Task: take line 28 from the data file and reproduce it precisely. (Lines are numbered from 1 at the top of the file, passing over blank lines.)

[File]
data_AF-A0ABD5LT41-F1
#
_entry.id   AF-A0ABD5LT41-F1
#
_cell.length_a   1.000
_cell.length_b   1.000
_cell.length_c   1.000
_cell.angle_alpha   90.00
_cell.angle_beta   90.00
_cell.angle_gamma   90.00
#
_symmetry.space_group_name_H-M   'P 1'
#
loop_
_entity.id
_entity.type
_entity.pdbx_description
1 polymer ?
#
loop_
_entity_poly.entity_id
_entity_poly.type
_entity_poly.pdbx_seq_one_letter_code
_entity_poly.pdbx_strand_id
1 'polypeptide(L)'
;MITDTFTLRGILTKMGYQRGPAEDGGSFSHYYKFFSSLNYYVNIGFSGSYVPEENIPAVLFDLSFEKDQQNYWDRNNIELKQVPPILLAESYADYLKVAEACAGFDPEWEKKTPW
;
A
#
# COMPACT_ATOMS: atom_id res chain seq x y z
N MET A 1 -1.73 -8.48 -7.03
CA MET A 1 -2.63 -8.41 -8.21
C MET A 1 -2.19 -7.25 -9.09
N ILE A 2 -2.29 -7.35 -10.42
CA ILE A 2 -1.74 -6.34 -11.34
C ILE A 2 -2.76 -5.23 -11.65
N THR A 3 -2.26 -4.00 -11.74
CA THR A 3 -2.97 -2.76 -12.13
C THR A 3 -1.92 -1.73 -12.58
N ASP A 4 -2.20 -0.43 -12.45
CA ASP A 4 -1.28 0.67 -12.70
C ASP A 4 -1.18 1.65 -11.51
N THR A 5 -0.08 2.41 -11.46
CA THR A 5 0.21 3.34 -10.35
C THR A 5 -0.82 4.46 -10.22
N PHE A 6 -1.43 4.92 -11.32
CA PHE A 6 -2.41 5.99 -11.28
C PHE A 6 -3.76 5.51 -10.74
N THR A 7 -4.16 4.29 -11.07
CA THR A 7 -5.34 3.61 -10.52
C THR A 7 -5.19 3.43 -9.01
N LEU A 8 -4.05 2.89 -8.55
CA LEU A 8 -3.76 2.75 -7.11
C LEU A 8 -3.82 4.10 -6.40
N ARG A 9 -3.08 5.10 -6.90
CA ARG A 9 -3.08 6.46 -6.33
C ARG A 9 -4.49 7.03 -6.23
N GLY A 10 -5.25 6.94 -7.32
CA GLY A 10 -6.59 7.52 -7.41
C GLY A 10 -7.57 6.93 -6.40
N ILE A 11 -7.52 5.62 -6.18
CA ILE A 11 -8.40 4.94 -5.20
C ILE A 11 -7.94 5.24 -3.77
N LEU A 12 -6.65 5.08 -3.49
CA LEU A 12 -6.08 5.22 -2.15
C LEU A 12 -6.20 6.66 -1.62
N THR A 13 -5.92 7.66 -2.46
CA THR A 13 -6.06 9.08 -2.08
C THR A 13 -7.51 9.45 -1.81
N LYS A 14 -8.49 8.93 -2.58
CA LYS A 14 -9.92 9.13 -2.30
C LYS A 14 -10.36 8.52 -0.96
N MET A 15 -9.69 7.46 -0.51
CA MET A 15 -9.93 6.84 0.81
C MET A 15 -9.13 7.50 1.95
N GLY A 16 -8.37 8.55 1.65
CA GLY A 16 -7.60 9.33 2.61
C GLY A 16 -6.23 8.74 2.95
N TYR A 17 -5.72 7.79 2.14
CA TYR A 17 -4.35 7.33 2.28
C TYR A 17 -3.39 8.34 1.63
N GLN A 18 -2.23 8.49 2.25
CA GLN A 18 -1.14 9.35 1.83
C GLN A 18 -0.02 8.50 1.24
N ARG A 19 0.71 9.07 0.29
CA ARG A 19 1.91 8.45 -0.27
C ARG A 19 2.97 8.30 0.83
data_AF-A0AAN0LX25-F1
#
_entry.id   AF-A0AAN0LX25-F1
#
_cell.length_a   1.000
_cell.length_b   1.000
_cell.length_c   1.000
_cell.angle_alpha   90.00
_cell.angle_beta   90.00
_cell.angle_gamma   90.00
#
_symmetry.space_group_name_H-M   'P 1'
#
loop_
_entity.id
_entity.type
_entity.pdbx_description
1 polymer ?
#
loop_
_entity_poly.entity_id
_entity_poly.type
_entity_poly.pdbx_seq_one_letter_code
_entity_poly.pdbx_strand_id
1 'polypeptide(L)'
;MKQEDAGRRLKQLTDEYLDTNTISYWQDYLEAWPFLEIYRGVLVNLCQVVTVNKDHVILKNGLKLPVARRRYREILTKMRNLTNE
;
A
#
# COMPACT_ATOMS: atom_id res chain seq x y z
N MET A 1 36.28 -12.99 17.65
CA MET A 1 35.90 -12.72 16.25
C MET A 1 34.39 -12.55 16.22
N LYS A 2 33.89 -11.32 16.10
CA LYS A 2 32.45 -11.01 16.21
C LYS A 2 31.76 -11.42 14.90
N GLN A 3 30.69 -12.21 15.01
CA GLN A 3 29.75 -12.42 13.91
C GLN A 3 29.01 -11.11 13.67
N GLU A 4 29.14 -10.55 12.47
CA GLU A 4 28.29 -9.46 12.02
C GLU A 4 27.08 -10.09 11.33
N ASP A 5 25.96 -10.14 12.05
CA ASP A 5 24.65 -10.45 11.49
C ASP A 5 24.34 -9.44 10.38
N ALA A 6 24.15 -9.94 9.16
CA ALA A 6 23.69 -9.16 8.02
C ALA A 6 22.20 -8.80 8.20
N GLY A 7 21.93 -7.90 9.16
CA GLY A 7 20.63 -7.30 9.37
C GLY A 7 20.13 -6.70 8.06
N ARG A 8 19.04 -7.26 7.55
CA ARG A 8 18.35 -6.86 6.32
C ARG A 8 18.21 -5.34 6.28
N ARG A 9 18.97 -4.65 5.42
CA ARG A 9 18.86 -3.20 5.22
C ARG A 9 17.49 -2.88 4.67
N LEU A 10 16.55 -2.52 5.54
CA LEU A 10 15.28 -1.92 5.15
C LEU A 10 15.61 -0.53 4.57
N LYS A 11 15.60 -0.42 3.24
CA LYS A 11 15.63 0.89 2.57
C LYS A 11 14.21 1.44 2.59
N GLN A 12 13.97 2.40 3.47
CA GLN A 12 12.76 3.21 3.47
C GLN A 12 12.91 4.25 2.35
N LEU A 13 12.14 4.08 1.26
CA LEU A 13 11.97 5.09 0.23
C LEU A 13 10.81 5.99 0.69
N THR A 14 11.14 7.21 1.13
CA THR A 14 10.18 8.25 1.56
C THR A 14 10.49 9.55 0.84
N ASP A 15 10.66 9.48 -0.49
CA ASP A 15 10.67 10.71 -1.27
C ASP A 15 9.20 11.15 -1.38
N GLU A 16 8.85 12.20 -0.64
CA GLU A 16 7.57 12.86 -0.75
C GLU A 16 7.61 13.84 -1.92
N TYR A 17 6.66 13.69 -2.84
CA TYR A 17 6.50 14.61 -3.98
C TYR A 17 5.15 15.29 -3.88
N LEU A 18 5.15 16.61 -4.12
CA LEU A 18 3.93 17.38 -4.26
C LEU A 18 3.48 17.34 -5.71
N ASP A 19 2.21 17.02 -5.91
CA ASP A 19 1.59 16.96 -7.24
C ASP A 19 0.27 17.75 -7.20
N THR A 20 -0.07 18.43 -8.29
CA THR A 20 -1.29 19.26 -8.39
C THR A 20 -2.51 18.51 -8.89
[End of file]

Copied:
A